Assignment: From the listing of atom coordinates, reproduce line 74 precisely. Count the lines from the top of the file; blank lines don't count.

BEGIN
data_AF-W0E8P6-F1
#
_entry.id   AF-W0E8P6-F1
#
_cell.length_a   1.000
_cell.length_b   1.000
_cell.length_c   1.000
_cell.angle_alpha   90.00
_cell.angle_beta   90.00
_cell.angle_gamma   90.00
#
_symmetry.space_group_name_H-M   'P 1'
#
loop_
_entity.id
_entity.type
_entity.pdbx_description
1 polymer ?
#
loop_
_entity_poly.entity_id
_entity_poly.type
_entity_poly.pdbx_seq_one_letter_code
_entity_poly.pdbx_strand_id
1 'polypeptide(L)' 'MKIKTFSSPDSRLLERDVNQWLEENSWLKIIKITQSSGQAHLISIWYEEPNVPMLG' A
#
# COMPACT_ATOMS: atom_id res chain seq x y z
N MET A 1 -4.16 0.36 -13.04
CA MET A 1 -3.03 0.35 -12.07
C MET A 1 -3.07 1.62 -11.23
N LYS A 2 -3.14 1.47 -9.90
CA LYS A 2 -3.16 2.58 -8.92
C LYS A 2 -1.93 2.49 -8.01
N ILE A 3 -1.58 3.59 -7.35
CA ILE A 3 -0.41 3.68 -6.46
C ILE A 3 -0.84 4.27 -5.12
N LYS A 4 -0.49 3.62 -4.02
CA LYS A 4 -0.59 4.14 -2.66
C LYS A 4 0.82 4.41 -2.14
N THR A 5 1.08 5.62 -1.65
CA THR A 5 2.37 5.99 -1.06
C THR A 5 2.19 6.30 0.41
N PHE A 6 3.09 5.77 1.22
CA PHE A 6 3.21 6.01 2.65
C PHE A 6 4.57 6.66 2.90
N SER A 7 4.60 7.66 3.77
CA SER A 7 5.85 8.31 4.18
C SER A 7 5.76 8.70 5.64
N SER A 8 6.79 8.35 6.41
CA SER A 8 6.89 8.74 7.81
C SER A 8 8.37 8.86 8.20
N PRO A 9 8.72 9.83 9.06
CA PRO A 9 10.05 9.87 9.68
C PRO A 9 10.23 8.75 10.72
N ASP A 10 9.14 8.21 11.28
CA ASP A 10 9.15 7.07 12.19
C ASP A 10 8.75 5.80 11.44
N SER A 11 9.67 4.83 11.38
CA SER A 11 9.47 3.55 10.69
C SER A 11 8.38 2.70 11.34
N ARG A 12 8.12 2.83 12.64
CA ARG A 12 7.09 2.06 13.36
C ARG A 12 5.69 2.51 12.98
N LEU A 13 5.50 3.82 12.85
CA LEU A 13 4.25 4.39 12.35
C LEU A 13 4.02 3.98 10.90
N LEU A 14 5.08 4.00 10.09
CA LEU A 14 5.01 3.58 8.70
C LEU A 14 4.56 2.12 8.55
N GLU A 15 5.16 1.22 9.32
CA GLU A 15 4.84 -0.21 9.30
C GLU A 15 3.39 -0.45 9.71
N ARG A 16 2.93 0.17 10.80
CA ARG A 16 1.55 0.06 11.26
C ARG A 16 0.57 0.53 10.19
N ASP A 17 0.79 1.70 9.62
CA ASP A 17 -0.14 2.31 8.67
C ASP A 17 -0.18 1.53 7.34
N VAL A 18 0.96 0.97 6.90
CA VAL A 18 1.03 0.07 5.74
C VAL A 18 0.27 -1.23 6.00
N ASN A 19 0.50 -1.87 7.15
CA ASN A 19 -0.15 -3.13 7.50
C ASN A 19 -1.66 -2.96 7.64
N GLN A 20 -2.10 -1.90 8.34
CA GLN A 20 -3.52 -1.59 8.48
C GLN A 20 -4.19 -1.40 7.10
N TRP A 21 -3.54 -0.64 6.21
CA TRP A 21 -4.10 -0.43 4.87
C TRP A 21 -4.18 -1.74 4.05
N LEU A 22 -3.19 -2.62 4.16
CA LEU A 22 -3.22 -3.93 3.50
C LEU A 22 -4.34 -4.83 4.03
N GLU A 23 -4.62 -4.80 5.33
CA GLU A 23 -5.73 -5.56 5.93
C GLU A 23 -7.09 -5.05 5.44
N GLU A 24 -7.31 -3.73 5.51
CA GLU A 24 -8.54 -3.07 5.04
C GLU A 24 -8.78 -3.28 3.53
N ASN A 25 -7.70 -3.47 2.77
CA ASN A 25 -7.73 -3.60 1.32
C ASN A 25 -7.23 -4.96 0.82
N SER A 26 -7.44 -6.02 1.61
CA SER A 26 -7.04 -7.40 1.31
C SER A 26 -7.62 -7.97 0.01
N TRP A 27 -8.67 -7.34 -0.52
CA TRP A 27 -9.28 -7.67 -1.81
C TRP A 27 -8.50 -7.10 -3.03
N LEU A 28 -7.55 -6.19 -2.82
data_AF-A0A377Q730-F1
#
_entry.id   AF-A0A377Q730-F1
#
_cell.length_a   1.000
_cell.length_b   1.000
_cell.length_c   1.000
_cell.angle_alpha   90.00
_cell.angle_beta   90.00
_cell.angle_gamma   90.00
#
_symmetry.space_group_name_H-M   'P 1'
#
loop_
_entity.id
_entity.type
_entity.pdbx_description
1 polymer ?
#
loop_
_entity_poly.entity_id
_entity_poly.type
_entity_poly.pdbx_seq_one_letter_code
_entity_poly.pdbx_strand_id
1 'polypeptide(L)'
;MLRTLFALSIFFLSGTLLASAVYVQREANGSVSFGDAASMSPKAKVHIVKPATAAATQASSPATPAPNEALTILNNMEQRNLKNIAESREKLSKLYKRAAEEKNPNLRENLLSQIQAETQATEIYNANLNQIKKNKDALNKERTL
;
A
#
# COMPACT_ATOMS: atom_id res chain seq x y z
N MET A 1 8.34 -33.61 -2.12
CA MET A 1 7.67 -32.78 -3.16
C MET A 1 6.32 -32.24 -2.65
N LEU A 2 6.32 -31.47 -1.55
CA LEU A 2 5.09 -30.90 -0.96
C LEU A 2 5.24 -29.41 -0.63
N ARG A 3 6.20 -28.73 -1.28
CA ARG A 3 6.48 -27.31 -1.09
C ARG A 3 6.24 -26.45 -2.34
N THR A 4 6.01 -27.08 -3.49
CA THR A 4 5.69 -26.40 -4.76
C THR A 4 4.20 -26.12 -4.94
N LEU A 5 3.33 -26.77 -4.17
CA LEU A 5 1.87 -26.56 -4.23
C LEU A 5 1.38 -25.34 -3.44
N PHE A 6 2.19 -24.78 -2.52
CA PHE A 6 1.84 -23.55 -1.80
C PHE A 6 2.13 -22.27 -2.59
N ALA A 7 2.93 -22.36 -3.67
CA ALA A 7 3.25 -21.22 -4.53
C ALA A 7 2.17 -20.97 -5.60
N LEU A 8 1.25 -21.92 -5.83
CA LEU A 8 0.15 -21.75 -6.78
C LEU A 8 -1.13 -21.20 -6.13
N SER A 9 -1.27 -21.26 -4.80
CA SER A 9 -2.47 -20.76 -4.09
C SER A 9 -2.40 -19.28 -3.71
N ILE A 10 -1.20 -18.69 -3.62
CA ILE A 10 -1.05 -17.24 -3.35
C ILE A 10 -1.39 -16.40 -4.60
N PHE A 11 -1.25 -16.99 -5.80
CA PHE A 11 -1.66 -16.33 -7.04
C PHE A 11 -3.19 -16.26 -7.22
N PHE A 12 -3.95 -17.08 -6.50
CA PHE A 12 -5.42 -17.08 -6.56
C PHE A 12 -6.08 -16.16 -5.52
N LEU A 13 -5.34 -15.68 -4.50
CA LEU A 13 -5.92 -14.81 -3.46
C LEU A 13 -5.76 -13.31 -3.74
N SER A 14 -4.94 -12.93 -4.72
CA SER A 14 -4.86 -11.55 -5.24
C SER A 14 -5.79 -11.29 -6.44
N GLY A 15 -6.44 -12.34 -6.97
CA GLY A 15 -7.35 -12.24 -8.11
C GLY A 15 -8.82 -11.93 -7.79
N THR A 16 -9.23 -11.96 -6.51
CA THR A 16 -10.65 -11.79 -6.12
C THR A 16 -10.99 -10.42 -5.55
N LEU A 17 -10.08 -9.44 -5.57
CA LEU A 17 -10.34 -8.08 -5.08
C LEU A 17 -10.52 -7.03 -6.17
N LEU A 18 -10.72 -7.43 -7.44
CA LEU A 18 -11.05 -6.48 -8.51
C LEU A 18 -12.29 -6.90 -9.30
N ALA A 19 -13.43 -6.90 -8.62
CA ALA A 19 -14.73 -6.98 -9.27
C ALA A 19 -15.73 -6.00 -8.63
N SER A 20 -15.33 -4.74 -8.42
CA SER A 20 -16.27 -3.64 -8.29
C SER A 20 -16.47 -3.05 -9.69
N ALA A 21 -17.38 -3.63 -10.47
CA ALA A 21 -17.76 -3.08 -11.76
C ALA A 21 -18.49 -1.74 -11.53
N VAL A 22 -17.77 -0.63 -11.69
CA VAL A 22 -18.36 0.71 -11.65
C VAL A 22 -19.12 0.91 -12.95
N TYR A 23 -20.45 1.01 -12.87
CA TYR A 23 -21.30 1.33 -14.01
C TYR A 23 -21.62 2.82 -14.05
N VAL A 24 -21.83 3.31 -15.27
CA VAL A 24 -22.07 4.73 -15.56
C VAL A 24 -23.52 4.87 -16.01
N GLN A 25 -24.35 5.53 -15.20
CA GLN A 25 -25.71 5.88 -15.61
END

CA ARG A 16 1.55 0.06 11.26